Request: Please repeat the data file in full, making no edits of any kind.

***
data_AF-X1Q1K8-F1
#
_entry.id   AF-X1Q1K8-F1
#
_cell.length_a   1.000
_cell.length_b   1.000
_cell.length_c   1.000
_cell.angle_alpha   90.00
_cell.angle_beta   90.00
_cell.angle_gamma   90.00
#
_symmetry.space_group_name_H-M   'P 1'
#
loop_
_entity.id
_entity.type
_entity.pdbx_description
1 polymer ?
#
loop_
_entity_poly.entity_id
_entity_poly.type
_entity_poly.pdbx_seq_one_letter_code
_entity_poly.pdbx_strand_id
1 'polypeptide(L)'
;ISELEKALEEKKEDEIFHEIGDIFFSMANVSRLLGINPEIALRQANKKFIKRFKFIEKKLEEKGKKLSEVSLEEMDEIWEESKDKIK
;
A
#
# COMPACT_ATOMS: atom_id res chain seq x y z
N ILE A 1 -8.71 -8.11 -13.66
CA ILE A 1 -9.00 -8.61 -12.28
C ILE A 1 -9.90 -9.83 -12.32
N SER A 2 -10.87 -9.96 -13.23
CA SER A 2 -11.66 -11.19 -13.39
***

data_AF-X1Q1K8-F1
#
_entry.id   AF-X1Q1K8-F1
#
_cell.length_a   1.000
_cell.length_b   1.000
_cell.length_c   1.000
_cell.angle_alpha   90.00
_cell.angle_beta   90.00
_cell.angle_gamma   90.00
#
_symmetry.space_group_name_H-M   'P 1'
#
loop_
_entity.id
_entity.type
_entity.pdbx_description
1 polymer ?
#
loop_
_entity_poly.entity_id
_entity_poly.type
_entity_poly.pdbx_seq_one_letter_code
_entity_poly.pdbx_strand_id
1 'polypeptide(L)'
;ISELEKALEEKKEDEIFHEIGDIFFSMANVSRLLGINPEIALRQANKKFIKRFKFIEKKLEEKGKKLSEVSLEEMDEIWEESKDKIK
;
A
#
# COMPACT_ATOMS: atom_id res chain seq x y z
N ILE A 1 -8.71 -8.11 -13.66
CA ILE A 1 -9.00 -8.61 -12.28
C ILE A 1 -9.90 -9.83 -12.32
N SER A 2 -10.87 -9.96 -13.23
CA SER A 2 -11.66 -11.19 -13.39